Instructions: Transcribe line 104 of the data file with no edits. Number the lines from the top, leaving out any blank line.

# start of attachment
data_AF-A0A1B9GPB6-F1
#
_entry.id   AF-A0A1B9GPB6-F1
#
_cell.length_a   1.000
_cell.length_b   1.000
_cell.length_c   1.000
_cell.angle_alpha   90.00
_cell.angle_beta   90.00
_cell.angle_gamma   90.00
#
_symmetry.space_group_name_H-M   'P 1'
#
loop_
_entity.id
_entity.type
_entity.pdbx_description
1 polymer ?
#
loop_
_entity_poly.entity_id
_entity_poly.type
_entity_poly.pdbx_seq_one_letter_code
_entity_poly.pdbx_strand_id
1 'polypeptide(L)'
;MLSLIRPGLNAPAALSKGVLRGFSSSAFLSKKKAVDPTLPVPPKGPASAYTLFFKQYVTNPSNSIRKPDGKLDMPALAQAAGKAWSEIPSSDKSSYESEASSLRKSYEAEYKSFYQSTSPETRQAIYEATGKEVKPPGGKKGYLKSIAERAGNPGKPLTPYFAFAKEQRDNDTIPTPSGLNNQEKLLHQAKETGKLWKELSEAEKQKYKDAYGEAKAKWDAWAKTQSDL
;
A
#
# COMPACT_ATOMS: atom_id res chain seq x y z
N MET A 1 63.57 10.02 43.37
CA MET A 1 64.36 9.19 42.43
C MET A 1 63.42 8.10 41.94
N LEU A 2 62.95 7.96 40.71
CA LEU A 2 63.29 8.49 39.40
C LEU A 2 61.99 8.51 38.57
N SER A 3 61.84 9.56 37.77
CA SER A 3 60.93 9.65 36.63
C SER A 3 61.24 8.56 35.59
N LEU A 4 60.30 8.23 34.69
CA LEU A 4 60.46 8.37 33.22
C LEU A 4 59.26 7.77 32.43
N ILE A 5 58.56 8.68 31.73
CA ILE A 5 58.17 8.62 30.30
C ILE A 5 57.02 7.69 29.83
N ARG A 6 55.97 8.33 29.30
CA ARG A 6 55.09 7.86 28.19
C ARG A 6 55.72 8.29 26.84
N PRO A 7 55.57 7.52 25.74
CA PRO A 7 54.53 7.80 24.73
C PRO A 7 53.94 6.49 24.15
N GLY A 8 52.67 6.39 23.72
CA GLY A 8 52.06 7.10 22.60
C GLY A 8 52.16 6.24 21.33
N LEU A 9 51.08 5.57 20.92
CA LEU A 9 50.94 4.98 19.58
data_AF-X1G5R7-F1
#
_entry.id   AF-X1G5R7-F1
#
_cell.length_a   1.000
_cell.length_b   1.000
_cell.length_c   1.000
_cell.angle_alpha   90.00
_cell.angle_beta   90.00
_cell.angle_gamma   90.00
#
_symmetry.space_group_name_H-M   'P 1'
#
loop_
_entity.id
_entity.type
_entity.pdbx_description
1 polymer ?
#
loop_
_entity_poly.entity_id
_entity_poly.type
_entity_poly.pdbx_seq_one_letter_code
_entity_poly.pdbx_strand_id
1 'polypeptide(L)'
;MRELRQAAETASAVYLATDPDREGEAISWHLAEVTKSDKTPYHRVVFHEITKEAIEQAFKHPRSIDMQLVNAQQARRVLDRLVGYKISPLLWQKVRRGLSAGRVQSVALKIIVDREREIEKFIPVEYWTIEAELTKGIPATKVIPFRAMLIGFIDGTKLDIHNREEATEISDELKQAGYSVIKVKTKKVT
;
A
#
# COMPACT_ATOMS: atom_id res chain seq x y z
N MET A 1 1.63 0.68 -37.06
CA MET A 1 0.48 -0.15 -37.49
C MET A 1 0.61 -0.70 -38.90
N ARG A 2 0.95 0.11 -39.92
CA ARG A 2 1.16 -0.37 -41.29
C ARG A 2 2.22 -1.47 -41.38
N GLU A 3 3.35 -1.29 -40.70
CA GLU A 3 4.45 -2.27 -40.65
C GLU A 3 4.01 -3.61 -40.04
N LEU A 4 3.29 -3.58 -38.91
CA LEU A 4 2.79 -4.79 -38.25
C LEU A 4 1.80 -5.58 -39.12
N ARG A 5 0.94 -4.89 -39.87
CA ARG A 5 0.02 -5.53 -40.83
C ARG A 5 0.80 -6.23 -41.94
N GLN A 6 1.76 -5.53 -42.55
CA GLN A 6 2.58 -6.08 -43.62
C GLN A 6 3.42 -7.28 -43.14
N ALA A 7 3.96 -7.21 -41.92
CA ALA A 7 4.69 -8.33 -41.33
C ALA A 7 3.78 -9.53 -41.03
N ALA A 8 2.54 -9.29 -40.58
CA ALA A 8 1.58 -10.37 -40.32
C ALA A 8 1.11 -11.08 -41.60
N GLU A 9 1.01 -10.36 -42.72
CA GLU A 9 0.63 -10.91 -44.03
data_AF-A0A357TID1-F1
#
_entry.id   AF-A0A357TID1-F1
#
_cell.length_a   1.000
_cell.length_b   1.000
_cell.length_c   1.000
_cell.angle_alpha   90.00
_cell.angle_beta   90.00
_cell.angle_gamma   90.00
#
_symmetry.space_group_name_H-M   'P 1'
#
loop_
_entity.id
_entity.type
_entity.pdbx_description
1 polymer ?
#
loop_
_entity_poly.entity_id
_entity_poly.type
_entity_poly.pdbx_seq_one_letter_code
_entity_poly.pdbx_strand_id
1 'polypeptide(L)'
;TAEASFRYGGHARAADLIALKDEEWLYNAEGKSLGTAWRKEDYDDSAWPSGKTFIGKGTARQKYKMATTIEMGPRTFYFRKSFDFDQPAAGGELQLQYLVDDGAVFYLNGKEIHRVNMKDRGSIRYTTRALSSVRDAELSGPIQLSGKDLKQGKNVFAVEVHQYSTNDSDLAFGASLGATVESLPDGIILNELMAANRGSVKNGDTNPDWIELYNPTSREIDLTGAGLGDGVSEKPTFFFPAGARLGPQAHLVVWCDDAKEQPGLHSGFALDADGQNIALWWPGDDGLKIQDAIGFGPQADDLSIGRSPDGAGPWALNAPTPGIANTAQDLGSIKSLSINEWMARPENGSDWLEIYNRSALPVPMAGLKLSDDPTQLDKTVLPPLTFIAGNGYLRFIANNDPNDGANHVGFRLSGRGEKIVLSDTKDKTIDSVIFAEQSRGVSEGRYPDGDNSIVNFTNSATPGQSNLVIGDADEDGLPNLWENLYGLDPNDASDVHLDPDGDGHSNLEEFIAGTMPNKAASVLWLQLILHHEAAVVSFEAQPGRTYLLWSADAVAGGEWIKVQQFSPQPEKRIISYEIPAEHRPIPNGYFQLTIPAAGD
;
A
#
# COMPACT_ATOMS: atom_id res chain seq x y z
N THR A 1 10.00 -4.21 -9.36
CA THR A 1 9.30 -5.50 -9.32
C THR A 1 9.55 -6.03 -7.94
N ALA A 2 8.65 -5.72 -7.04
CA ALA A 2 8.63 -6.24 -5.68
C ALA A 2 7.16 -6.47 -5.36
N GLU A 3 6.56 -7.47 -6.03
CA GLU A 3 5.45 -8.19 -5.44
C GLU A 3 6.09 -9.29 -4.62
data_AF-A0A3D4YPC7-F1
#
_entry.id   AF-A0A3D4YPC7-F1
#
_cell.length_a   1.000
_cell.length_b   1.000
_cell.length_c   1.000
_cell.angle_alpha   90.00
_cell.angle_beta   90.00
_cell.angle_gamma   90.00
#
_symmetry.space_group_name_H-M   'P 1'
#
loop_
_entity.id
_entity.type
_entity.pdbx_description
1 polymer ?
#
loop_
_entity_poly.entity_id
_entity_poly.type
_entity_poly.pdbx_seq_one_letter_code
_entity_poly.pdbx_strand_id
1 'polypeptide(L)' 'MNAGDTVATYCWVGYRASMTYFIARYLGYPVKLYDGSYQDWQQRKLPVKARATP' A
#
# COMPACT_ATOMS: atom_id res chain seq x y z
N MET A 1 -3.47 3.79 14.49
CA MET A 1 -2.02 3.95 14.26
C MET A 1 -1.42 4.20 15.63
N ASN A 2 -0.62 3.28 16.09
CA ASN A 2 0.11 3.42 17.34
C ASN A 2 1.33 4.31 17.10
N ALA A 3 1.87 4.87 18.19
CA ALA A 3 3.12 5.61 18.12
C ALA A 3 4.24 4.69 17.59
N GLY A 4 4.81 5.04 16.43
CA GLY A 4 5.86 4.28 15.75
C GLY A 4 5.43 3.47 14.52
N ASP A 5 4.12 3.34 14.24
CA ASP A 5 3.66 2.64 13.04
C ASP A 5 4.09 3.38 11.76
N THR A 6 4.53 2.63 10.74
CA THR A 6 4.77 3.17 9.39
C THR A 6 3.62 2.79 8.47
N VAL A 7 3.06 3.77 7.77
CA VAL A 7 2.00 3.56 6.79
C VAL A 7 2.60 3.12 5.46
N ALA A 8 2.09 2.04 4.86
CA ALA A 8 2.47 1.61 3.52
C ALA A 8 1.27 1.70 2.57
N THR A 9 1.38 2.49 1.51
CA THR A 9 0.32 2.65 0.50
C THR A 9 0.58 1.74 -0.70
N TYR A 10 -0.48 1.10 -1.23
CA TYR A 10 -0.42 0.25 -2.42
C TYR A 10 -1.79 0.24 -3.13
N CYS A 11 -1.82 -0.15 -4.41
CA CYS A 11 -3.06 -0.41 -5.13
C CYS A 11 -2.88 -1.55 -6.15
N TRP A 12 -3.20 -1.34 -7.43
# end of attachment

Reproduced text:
C GLN A 6 3.42 -7.28 -43.14